The Frozen Poop Pill
By Hanae Armitage
BU News Service
First used in the 1950s, the fecal transplant has steadily gained street-cred since its introduction as a potential cure to the fierce bacterial infection caused by Clostridium difficile.
C. difficile is a gastrointestinal illness that causes around 14,000 deaths in the US every year.
A team at Massachusetts General Hospital recently published a study in JAMA highlighting a new method of storage for fecal transplants, essentially turning them into a frozen pill that can last for up to 250 days.
The basic idea of a fecal transplant is this: Healthy feces contain a mix of good bacteria that, when reintroduced back into the body, reequips the intestine to fight the C. difficile infection and allow the gut to function properly.
In the past, fecal transplant administration seemed like a fairly uncomfortable procedure — invasive at one of two ends. To get the necessary bacteria into the gut, patients could endure either a tube that went into their nose and down to their digestive tract, or an enema. Now, researchers at Massachusetts General Hospital in Boston have encapsulated the essential fecal material and tested this “poo pill” in a small study of 20 people.
The 20 patients ranged in age from 11 to 89 years old and each had suffered repeated cases of C. Difficile infection. Over the course of two days, each patient ingested 30 frozen capsules, 15 each day, and in 14 out of 20 patients, the infection was eliminated. In the remaining patients, the infection went away after a second round of 30 pills.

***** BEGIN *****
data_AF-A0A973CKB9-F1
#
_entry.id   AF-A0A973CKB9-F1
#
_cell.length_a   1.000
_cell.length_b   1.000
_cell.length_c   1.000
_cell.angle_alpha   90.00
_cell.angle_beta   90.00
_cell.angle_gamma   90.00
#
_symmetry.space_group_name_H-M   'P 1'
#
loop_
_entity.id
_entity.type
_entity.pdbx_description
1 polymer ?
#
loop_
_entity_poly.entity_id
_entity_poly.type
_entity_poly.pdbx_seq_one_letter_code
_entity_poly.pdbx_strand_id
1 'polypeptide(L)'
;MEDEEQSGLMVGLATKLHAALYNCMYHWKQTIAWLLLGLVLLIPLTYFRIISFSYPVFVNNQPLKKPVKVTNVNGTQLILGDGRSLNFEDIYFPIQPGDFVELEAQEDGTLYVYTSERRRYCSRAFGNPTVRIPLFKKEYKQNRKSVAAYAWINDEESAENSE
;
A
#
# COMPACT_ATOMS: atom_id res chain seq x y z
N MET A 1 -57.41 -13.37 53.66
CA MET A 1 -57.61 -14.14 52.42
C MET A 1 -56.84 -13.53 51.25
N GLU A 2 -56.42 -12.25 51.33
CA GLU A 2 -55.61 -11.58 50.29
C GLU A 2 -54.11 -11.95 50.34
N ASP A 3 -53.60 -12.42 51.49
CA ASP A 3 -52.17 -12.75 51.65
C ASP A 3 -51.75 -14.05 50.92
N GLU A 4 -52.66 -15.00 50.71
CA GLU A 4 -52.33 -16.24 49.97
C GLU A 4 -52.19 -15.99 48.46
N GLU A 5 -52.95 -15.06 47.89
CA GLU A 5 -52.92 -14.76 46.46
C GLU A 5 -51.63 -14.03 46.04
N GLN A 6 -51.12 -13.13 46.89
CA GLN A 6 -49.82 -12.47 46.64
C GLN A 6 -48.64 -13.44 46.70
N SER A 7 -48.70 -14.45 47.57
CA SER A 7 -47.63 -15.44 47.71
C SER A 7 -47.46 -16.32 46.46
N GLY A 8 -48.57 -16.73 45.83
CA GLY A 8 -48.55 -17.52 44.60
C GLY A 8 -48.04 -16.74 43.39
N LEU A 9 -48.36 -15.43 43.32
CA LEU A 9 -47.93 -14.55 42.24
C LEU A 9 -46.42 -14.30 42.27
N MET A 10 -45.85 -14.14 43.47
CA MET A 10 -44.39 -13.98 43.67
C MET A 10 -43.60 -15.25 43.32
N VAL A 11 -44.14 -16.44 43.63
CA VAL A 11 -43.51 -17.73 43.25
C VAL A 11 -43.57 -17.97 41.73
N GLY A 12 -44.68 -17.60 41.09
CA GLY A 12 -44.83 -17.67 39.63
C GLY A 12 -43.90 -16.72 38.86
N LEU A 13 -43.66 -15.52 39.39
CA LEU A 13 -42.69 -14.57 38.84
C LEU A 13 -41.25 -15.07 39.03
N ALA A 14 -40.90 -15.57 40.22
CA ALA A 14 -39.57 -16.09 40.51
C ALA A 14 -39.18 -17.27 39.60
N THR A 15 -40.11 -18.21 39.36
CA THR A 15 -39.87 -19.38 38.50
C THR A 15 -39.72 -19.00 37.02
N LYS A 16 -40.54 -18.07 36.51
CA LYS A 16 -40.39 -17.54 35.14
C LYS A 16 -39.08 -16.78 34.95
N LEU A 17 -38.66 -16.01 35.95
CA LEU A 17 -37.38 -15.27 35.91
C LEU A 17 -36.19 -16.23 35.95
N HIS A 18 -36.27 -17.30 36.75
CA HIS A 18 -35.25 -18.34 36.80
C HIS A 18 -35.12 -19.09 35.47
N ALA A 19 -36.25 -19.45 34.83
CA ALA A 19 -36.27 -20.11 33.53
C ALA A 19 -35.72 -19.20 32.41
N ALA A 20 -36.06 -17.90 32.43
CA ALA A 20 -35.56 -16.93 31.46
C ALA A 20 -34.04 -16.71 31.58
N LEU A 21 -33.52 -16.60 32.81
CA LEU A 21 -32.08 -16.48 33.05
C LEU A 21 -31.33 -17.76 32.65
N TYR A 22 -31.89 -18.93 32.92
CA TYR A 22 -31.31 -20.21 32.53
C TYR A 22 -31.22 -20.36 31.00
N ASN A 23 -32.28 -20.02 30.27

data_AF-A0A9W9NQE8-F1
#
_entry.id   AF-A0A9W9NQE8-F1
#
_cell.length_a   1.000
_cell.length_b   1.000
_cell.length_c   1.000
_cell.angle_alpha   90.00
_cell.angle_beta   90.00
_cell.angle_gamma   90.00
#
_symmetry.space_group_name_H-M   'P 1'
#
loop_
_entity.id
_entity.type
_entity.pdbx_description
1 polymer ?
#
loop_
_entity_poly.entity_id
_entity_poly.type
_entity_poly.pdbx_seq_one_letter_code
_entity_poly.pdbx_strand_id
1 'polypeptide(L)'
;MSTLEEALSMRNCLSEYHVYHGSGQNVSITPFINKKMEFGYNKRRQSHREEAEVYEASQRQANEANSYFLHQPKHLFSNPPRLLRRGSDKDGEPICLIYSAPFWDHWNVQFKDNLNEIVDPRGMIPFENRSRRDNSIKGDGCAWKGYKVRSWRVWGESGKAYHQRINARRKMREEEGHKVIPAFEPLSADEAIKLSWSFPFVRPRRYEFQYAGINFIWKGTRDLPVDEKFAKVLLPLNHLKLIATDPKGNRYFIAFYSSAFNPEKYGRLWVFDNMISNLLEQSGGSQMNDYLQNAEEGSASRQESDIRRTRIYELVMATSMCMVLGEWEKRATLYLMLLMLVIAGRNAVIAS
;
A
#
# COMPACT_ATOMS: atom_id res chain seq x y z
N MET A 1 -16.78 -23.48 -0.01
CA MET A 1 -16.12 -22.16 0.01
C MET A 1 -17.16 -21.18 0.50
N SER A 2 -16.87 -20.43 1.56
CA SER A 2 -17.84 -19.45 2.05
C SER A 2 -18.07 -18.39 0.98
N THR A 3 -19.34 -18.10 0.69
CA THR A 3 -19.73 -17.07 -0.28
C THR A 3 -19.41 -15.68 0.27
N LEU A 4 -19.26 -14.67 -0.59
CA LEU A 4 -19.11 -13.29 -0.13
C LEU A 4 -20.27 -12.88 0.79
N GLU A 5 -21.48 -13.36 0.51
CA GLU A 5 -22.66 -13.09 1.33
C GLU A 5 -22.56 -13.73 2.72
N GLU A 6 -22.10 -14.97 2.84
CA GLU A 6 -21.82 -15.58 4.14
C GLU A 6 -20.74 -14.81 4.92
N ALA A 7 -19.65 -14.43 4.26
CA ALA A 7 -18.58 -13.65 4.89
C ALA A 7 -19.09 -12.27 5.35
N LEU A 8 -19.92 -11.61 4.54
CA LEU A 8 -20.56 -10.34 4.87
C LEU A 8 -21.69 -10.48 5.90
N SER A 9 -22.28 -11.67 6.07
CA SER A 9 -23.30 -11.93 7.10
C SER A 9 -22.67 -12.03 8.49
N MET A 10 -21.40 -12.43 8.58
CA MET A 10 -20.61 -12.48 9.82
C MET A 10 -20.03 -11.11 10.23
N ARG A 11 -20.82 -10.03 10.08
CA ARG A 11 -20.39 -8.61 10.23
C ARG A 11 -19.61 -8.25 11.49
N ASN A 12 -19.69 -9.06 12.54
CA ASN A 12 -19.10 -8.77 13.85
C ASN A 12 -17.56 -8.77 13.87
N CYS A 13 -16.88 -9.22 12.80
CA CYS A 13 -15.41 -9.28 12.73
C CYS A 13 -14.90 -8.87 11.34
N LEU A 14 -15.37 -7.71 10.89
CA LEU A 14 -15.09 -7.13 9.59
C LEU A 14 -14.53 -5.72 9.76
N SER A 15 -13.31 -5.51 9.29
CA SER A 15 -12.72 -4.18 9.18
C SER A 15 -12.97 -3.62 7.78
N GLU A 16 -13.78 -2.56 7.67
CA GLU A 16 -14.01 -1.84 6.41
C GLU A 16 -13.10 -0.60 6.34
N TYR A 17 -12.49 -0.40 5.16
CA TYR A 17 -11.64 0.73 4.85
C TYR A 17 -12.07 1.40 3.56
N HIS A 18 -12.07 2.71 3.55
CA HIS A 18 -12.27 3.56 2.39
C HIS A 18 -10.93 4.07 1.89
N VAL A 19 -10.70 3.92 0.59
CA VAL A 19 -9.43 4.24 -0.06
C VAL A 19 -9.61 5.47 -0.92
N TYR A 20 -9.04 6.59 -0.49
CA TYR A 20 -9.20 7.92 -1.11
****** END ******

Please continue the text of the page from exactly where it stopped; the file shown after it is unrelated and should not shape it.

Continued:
But the purpose of the pill wasn’t just to ease treatment protocol. It also allowed researchers to test ways to store the treatment for convenient use in the future. They found that freezing the pill to give to later patients was a viable option, making fecal transplants a simpler and safer medical tool.
Now, researchers are working towards a larger study with the frozen poo pills and hope to replicate the success they saw in the preliminary 20 patients.
An edible bacterial transplant is still unappetizing, but benefits seem to vastly outweigh the gross-factor. I just don’t, for the life of me, understand why they chose to store the fecal material in clear capsules. It looks exactly like how it sounds—like a frozen poo pill.